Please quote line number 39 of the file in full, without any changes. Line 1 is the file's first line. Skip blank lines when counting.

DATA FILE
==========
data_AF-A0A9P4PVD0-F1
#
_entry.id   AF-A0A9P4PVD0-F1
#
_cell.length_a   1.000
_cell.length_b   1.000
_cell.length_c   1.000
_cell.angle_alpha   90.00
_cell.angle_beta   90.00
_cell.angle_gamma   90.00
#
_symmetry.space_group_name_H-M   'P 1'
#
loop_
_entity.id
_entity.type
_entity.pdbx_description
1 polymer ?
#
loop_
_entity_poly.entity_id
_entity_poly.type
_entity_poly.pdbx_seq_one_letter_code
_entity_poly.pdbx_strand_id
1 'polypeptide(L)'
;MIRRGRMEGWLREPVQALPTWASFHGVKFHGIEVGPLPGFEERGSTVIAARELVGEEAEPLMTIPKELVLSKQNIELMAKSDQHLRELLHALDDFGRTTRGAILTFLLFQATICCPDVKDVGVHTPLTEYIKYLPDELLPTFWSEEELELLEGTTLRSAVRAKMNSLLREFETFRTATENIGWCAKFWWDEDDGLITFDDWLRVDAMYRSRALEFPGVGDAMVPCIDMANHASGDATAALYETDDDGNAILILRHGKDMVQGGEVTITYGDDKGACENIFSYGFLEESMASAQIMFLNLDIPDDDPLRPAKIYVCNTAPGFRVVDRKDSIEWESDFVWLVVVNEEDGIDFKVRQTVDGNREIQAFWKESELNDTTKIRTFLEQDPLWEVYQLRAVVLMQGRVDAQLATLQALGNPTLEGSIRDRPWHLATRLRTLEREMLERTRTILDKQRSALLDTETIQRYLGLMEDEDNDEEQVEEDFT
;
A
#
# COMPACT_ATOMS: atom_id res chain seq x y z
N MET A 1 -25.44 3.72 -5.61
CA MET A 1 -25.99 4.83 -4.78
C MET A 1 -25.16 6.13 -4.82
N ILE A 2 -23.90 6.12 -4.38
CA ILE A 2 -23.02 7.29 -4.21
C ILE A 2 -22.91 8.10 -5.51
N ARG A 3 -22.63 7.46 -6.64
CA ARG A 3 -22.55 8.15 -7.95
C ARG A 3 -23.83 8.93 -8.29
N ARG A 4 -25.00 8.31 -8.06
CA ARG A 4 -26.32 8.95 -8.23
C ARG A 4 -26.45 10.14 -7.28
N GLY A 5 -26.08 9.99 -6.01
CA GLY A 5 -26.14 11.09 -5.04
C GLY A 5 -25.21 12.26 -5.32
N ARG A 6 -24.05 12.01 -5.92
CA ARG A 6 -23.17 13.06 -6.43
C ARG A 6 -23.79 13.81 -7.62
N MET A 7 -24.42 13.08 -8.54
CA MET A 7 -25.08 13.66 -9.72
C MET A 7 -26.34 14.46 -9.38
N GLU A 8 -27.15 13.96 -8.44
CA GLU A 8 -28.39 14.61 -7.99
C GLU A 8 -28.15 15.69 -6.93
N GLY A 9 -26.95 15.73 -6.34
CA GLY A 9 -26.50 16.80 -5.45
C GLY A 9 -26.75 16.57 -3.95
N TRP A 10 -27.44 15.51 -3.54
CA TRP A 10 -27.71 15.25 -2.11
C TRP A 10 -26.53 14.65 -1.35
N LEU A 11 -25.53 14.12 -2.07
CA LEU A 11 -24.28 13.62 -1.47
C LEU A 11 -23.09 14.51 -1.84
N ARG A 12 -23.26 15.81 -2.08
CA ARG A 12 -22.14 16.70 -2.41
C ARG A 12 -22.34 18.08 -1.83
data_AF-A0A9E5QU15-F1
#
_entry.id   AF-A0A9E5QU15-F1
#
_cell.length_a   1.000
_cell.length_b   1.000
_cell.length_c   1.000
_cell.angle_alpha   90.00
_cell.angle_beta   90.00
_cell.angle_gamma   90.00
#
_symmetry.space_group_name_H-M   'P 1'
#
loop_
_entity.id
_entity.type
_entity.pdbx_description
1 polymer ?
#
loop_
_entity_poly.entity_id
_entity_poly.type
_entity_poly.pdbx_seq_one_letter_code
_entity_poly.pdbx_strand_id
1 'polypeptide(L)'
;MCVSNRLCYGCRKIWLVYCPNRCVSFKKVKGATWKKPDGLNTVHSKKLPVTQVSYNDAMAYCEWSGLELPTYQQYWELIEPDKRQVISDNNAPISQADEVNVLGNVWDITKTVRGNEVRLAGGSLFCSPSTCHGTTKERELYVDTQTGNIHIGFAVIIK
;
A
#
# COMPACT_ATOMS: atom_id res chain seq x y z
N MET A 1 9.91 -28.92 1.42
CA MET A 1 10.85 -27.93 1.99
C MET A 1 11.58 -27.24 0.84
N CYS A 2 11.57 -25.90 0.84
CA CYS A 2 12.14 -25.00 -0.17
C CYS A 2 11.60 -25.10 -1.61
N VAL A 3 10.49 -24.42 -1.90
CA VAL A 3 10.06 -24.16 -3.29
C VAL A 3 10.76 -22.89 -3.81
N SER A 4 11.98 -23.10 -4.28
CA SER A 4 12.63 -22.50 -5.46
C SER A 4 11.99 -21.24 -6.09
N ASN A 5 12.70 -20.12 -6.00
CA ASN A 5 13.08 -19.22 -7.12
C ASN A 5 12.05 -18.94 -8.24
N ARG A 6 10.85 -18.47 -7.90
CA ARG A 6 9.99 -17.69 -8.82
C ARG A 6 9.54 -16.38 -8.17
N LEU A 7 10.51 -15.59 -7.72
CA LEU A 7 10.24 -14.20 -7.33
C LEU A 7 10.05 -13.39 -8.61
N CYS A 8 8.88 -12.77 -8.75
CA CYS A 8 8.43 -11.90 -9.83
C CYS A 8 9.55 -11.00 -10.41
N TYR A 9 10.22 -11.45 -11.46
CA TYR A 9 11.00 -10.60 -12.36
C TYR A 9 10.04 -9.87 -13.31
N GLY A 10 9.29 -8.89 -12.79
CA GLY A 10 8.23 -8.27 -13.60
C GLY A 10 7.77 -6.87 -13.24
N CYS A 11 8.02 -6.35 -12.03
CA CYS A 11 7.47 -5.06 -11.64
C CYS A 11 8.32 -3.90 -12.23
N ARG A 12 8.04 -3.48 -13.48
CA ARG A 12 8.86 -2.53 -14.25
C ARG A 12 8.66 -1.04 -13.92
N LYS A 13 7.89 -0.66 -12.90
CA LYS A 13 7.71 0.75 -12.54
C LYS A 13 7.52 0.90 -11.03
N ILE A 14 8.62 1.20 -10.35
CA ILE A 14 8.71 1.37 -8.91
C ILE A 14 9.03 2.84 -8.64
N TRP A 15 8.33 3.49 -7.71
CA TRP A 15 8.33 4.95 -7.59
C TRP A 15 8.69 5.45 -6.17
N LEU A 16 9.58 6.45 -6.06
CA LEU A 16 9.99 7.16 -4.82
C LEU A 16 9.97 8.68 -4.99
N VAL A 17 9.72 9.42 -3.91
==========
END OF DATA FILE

C ARG A 3 -23.83 8.93 -8.29